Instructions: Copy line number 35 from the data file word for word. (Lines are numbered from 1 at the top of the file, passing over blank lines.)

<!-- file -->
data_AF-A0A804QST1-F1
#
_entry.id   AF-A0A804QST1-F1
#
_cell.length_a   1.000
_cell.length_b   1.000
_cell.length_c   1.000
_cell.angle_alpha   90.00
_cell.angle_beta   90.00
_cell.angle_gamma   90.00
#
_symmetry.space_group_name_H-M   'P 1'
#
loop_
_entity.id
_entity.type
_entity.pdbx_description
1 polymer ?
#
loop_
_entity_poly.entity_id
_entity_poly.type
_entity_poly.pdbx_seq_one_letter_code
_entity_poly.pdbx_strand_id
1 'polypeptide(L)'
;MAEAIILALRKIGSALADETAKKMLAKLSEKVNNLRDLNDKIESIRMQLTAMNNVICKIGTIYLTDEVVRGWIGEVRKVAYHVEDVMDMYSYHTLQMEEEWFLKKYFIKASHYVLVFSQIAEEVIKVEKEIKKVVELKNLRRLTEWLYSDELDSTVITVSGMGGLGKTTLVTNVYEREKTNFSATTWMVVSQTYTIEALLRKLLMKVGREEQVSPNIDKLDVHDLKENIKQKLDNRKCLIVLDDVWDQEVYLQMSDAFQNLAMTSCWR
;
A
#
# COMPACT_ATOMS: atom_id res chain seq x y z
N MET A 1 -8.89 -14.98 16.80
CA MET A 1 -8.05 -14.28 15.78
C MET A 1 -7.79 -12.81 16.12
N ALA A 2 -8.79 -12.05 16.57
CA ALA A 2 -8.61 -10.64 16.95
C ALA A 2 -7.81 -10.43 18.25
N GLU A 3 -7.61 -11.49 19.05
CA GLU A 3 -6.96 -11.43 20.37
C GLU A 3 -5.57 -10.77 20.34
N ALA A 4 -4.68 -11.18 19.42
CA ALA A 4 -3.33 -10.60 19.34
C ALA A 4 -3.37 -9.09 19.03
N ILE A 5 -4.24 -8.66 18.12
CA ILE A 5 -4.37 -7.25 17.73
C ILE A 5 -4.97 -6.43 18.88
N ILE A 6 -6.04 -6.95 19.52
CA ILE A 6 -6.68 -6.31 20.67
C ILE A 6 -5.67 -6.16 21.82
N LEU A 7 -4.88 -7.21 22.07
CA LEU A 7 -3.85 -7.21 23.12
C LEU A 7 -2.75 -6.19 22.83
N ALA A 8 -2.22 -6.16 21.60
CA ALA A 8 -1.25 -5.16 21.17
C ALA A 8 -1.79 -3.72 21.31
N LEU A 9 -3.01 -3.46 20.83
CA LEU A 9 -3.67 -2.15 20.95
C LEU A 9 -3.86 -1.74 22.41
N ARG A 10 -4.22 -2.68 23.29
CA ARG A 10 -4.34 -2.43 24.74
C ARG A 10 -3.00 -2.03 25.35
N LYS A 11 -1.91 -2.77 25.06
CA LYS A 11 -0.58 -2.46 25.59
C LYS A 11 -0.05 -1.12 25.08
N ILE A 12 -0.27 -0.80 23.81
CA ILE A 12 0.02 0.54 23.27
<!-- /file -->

CA ALA A 2 -8.61 -10.64 16.95